Monday, August 12, 2013

Harp continues to play a beautiful melody...





The HARP refinance program continues to aid to U.S. homeowners.
According to the Federal Housing Finance Agency (FHFA), nearly one hundred-thousand mortgages were closed under the Home Affordable Refinance Program (HARP) in May, raising the all-time tally to 2.65 million.
HARP is available to U.S. homeowners through December 2015.

HARP : Refinancing Underwater Homeowners Since 2009

The Home Affordable Refinance Program was first launched in February 2009. It was introduced as a way to help struggling U.S. homeowners lower their mortgage payments, and to help boost the national economy.
The recession was underway and home values were dropping. So were mortgage rates. Unfortunately, only specific groups of homeowners could capitalize.
FHA-backed homeowners, for example, had access to the FHA Streamline Refinance, an appraisal-less refinance program. Losing home equity didn't affect FHA-backed homeowners.
The same was true for military borrowers carrying a VA loan. Via the streamline IRRRL program, eligible VA homeowners could simply ask their bank for a refinance and, in most cases, it was awarded.
These two programs were models for HARP.
Via HARP, the government waived most home appraisal requirements, giving U.S. homeowners whose homes had lost equity access to the same mortgage rates as everyone else. There were just three criteria in order to be HARP-eligible.
  1. The homeowner's loan must be securitized by Fannie Mae or Freddie Mac
  2. The homeowner's loan must have a securitization date no later than May 31, 2009
  3. The homeowner must show a recent history of on-time payments
For people who met these conditions, the HARP program proved valuable and nearly one million Home Affordable Refinance Program loans closed before the government elected to update and relaunch to its popular refinance program.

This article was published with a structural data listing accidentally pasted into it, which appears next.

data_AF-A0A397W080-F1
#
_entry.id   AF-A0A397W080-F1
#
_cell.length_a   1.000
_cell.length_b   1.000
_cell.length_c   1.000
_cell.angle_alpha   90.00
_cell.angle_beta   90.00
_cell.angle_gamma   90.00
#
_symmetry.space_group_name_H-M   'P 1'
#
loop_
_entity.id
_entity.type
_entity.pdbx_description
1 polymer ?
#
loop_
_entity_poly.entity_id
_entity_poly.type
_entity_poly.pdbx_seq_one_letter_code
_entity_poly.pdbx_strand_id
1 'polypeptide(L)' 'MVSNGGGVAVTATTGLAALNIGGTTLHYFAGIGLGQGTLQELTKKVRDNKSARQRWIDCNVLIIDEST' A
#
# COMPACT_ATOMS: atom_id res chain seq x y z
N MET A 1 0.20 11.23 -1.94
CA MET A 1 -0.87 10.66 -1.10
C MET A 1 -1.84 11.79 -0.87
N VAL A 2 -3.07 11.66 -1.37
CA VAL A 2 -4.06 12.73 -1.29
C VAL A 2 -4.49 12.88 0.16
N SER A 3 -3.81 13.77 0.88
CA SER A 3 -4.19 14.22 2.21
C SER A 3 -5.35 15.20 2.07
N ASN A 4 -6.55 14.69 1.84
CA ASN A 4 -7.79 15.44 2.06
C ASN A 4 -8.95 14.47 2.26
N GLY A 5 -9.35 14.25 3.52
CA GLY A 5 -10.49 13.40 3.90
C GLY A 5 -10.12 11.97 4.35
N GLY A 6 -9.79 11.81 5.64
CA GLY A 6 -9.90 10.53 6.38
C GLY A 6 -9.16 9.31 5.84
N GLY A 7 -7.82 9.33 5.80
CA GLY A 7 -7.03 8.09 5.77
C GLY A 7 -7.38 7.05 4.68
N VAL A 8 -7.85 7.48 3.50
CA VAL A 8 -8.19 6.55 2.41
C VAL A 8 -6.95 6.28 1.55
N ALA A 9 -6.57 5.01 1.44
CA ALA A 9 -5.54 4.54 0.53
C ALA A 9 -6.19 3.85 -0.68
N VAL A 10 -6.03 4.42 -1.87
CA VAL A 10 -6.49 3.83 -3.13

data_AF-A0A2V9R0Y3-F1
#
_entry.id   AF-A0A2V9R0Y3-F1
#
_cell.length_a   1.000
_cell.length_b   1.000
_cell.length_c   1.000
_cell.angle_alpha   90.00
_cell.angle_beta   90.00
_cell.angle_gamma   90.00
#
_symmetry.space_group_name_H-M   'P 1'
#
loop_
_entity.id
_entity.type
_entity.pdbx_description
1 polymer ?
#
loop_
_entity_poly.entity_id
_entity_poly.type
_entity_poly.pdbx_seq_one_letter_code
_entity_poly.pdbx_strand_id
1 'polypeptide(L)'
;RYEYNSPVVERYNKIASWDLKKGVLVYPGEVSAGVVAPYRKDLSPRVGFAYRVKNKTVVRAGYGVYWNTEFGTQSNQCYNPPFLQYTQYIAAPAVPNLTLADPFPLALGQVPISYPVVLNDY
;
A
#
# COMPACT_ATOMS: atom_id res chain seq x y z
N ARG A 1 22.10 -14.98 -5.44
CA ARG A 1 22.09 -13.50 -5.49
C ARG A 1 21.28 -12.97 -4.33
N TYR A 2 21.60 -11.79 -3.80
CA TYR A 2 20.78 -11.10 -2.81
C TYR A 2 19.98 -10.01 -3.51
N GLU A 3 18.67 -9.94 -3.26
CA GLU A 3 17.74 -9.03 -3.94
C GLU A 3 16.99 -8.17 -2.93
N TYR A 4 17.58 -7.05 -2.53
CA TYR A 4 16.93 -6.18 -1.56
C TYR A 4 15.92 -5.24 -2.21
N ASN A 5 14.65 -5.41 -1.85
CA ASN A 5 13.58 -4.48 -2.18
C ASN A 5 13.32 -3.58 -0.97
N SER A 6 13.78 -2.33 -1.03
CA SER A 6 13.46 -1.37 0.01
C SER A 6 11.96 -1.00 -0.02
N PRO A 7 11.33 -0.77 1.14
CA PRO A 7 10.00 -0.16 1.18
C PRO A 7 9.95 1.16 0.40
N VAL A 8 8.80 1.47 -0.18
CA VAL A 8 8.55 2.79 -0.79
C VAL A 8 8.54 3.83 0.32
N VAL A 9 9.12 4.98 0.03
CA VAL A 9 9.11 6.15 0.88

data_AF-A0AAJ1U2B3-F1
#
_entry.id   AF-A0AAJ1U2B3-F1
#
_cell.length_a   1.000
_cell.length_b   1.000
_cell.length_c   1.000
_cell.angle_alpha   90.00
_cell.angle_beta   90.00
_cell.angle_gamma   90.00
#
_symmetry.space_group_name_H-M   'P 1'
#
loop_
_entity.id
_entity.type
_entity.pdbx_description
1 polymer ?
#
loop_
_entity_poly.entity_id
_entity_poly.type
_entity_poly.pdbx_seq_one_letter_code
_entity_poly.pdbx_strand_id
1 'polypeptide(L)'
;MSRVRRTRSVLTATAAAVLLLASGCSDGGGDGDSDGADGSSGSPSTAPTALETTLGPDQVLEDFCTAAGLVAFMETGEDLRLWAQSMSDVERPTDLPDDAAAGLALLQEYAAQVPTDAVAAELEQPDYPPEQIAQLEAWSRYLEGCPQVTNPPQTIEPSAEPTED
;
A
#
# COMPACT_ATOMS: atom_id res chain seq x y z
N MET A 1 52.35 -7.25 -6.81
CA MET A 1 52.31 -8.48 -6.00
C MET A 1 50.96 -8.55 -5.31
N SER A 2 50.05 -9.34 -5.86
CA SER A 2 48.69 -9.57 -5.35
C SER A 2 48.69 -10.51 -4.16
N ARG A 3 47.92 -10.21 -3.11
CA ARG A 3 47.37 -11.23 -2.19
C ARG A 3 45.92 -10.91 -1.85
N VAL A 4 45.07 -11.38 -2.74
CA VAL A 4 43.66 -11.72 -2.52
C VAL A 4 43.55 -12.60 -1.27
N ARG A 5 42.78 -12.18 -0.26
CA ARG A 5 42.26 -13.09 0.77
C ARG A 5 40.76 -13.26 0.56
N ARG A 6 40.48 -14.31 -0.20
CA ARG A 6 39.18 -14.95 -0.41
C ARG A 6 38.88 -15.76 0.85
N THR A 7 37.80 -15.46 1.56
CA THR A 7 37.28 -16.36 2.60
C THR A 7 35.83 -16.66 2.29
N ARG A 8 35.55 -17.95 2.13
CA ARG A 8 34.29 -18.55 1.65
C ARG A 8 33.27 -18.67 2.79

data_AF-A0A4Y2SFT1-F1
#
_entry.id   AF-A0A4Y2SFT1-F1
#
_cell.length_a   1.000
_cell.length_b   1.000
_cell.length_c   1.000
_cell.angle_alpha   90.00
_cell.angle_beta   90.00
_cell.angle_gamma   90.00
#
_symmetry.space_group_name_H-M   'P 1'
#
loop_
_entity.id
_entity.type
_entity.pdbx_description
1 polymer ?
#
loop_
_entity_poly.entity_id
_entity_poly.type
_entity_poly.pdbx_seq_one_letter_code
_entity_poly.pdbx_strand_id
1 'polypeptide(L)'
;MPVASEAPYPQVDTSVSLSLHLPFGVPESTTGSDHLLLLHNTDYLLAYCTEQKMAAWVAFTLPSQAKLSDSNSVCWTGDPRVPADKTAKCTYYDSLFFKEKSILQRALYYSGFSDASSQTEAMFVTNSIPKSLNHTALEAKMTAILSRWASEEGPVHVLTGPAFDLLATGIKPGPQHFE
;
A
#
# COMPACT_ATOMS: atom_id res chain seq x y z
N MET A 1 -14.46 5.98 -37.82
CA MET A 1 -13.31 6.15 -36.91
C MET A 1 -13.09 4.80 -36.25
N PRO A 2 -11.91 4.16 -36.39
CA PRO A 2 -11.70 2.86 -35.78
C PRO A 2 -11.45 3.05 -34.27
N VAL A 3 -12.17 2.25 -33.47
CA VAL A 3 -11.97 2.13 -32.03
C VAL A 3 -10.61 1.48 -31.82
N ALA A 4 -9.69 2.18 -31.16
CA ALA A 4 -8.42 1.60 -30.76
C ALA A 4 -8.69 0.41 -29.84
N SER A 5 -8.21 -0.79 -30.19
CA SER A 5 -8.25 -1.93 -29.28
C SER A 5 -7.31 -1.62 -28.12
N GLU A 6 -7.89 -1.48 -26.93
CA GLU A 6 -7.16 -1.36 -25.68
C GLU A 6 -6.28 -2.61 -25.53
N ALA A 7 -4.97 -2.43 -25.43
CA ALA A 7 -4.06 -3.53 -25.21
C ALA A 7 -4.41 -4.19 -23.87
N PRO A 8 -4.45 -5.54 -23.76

Dubbed "HARP 2.0", the revamped Home Affordable Refinance Program included simpler approval standards and relaxed loan-to-value requirements. The changes  made HARP instantly available to millions of additional U.S. households.
In the year-plus since HARP 2.0 launched, there have been 150% more closings than during all of HARP 1.0's tenure.

HARP 2.0 : Tops In California, Florida, Michigan

When HARP was first announced in early-2009, it was a program expected to help 7,000,000 U.S. households lower their respective monthly mortgage payments. Four years later, however, HARP is well short of its target.
Through April 2013, there have been just 2.57 million HARP closings nationwide -- an average of 52,450 per month. It would take until May 2020 for HARP closings to reach 7 million at this pace. Unfortunately, the HARP program has just 17 months until its expiration.
This is one reason why talk of HARP 3.0 gets louder in Washington. Like HARP 2.0, such a program would break down barriers to entry and make the "Obama Refi" available more easily.
For now, though, HARP usage has been concentrated by state, with the Pareto Principle in effect. More than 80% of HARP closings have occurred in just 20 percent of the states.
  1. California (21% of program refinances nationwide)
  2. Florida (13% of program refinances nationwide)
  3. Michigan (10% of program refinances nationwide)
  4. Illinois (10% of program refinances nationwide)
  5. Arizona (7% of program refinances nationwide)
  6. Georgia (7% of program refinances nationwide)
  7. Washington (6% of program refinances nationwide)
  8. Minnesota (5% of program refinances nationwide)
  9. Ohio (5% of program refinances nationwide)
  10. New Jersey (4% of program refinances nationwide)
By contrast, there have been relatively few Home Affordable Refinance Program closings in Wyoming, Vermont, Alaska, South Dakota and North Dakota. The activity in these 5 states accounts for less than one-half of one percent of HARP refinance activity nationwide.

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